2001   USA The Anniversary Party
The Anniversary Party Image Cover
Additional Images
Director:Alan Cumming
Studio:New Line Home Video
Writer:Jennifer Jason Leigh, Alan Cumming
IMDb Rating:6.3 (5,983 votes)
Awards:1 win & 4 nominations
Duration:115 min
Alan Cumming  ...  (Director)
Jennifer Jason Leigh, Alan Cumming  ...  (Writer)
Alan Cumming  ...  Joe Therrian
Jennifer Jason Leigh  ...  Sally Therrian
Otis  ...  Himself
Steven Freedman  ...  Yoga Instructor
Norizzela Monterroso  ...  America
Clara Demedrano  ...  Rosa
John Benjamin Hickey  ...  Jerry Adams
Parker Posey  ...  Judy Adams
Phoebe Cates  ...  Sophia Gold
Kevin Kline  ...  Cal Gold
Owen Kline  ...  Jack Gold
Greta Kline  ...  Evie Gold
Denis O'Hare  ...  Ryan Rose
Mina Badie  ...  Monica Rose
Jane Adams  ...  Clair Forsyth
Michael Penn  ...  Composer
John Bailey  ...  Cinematographer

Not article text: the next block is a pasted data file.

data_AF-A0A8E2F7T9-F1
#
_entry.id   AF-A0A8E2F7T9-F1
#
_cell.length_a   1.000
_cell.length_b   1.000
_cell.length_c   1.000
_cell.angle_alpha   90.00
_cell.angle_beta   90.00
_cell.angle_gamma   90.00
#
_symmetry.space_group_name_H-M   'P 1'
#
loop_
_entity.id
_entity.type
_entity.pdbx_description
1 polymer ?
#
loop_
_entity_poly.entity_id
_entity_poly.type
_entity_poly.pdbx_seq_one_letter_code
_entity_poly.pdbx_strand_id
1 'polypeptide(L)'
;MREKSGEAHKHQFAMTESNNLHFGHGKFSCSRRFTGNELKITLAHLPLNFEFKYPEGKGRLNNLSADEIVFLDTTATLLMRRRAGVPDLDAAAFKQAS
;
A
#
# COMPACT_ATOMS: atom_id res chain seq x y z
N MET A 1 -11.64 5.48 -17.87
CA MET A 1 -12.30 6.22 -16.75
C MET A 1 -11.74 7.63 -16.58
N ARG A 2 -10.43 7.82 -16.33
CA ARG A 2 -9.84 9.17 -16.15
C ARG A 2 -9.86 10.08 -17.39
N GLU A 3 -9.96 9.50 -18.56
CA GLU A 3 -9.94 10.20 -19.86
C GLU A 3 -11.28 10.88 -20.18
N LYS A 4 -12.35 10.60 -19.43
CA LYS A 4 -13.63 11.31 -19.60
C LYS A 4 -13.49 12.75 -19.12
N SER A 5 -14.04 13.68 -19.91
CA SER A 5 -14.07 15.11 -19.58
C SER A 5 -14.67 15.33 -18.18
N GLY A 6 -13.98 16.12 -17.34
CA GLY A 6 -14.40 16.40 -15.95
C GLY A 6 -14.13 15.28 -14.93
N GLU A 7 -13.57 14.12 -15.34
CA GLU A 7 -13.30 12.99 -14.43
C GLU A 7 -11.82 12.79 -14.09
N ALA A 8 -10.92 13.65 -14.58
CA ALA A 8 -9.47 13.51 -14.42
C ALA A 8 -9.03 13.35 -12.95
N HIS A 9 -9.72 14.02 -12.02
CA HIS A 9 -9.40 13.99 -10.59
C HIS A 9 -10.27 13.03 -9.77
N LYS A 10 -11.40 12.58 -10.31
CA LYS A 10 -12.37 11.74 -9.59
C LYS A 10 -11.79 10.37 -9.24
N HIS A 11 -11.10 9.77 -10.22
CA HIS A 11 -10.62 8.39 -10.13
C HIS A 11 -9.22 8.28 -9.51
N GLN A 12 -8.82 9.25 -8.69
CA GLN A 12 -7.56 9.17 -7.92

Summary: It's easy to be skeptical when a couple of well-connected actors throw a script together, start shooting their fabulous friends with digital cameras, and call it a movie. But Jennifer Jason Leigh and Alan Cumming, who bonded in Cabaret on Broadway, have crafted a rough little gem in The Anniversary Party. Influenced by Who's Afraid of Virginia Woolf? and The Player, it's a devastating portrait of a fragile marriage and a perceptive look at life in Hollywood. The characters are based--to an eerie degree--on their Hollywood counterparts: Kevin Kline and Phoebe Cates are a Shakespeare-quoting actor and his retired actress wife; Gwyneth Paltrow is a rising young starlet; etc. Leigh is an actress on the way down, and Cumming, a best-selling author and up-and-coming director, is the sexually ambiguous husband with whom she has recently reconciled. The titular party is to celebrate their sixth anniversary, and revelations about the characters accumulate as the evening progresses from a tense session of charades to an ecstasy-pill-fueled blowout by the pool. The screenplay combines brittle humor with melodrama and consists of more talk than action (as in the Dogme films that inspired it), but the proceedings are rarely less than compelling even if the characters, for the most part, aren't exactly the most likable bunch. As a result, Jennifer Beals ends up stealing the show from the bigger names in the cast simply by emerging as the most genuinely human character--the one who actually showed up to honor her friends' commitment rather than to advance her career. --Kathleen C. Fennessy

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